Improper disposal of garbage is affecting the island’s wildlife
Saturday, March 5th, 2016
The consequences of improperly disposed garbage can be far reaching. Beyond the unsightly appearance, littering can affect in ways you least expect, like marine wildlife, terrestrial animals and even birds. Yes, even the feathered creatures that barely set foot on the ground cannot escape the threat of garbage.
Birds build their nest from loose debris and other material they can find. They do not sort out what they are taking with them, as long as it is good enough to build their home. An osprey family that built its nest on the very top of a BEL tower never imagined that its offspring almost did not make it when it was ready to leave the nest.
According to Chris Summers from the American Crocodile Education Sanctuary (ACES), he had just returned from the San Mateo area, after setting a small croc trap, when he became involved with the Belize Electricity Limited (BEL) crew in the rescuing of a juvenile osprey. The bird was tangled on some fishing line that was dangling from its nest.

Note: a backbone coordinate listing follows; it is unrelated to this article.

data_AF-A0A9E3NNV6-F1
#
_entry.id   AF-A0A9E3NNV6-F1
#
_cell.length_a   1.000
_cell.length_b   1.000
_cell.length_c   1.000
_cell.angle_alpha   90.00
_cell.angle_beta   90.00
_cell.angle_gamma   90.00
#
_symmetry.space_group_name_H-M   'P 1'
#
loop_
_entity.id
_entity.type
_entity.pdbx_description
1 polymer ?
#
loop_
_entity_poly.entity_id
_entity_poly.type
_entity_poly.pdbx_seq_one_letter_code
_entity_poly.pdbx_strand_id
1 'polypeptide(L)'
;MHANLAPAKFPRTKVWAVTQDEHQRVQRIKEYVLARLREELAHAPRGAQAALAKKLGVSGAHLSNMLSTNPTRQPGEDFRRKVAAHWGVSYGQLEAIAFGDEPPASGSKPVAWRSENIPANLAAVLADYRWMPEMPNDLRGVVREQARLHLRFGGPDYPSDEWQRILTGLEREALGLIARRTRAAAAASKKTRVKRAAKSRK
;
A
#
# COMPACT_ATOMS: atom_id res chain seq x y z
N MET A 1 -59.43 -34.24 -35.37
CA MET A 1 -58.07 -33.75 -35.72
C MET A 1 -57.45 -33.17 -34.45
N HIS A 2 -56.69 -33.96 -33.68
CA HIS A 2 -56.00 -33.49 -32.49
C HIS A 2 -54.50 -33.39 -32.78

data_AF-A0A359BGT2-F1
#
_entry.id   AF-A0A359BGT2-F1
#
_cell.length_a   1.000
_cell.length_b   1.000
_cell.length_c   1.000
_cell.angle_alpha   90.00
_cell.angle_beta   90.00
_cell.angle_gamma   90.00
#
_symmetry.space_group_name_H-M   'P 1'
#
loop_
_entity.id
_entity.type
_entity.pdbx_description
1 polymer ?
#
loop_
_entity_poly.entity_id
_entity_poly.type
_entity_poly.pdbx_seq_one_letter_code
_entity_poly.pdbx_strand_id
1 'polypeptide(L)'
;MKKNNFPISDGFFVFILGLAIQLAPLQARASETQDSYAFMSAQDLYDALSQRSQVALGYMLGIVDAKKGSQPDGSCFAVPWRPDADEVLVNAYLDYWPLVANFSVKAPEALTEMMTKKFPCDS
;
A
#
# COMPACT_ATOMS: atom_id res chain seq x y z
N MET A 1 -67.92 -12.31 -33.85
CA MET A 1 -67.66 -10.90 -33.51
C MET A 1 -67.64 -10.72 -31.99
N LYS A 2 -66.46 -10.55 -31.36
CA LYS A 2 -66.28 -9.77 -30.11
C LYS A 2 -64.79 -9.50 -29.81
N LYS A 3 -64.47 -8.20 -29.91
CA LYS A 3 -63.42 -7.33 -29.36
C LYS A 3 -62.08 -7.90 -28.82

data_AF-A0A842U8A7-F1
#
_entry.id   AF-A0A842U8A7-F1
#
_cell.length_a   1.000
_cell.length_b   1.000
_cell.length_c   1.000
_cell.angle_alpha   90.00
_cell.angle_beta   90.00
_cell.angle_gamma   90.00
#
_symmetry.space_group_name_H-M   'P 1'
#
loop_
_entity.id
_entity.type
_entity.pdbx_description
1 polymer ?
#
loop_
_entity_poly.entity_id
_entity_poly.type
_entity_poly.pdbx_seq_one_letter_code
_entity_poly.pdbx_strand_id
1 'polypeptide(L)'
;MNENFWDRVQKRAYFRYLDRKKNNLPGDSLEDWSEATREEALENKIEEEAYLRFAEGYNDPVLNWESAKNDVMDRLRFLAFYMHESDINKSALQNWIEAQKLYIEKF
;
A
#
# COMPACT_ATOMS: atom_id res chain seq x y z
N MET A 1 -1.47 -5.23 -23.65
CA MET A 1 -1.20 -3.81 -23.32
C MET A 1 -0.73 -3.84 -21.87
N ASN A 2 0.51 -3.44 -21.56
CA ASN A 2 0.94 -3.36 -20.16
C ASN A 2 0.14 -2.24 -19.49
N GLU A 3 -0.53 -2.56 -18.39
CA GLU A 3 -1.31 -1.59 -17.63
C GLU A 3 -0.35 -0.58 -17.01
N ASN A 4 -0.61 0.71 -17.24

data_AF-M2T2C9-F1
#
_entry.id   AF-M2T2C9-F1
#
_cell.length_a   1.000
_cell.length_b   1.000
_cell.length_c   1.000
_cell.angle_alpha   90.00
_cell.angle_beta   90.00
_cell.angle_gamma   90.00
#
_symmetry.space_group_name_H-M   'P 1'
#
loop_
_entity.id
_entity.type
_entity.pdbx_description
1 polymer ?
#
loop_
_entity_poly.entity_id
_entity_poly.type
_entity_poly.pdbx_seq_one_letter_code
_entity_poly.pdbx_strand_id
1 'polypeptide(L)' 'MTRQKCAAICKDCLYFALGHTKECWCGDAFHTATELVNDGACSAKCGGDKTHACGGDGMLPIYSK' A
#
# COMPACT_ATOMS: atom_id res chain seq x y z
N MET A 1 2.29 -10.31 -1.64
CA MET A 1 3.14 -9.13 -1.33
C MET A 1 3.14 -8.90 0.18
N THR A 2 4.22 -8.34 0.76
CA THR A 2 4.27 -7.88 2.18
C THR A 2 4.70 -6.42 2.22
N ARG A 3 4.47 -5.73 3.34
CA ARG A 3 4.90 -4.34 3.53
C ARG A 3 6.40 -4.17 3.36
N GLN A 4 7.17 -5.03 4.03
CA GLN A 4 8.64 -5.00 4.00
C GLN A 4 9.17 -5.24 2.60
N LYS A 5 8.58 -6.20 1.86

“You could clearly see the poor bird dangling from the tower, and from time to time its parent would come around trying to help,” said Chris. “I decided to climb the tower and free the bird from the fishing line that was wrapped around the tail feathers.”
With assistance from the BEL crew and their safety gear, Chris made his way up the tower where he met with the agitated osprey. After inspecting the line, no hooks were noticed, and the line was quickly and easily untied. “After the osprey was released, he flew off quite happily to go do what birds do!” said Chris.
The island continues to struggle with its garbage issue and according to The San Pedro Town Council they are doing as much as they can to fight the terrible eyesores in many parts of the island. It is a known fact that irresponsible disposal of garbage affects far more than our aesthetic. Defenceless creatures can find themselves entangled in human generated trash as well.
Let’s put garbage in its place! A clean island is a healthy environment and a safer habitat for us and our wildlife, both on land and in the sea.
For any wildlife emergencies, ACES / American Crocodile Education Sanctuary can be reached anytime on 623- 7920. Kudos to everyone involved in the rescue of our feathered friend, and thank you Marlena Gomez for taking the amazing photos!
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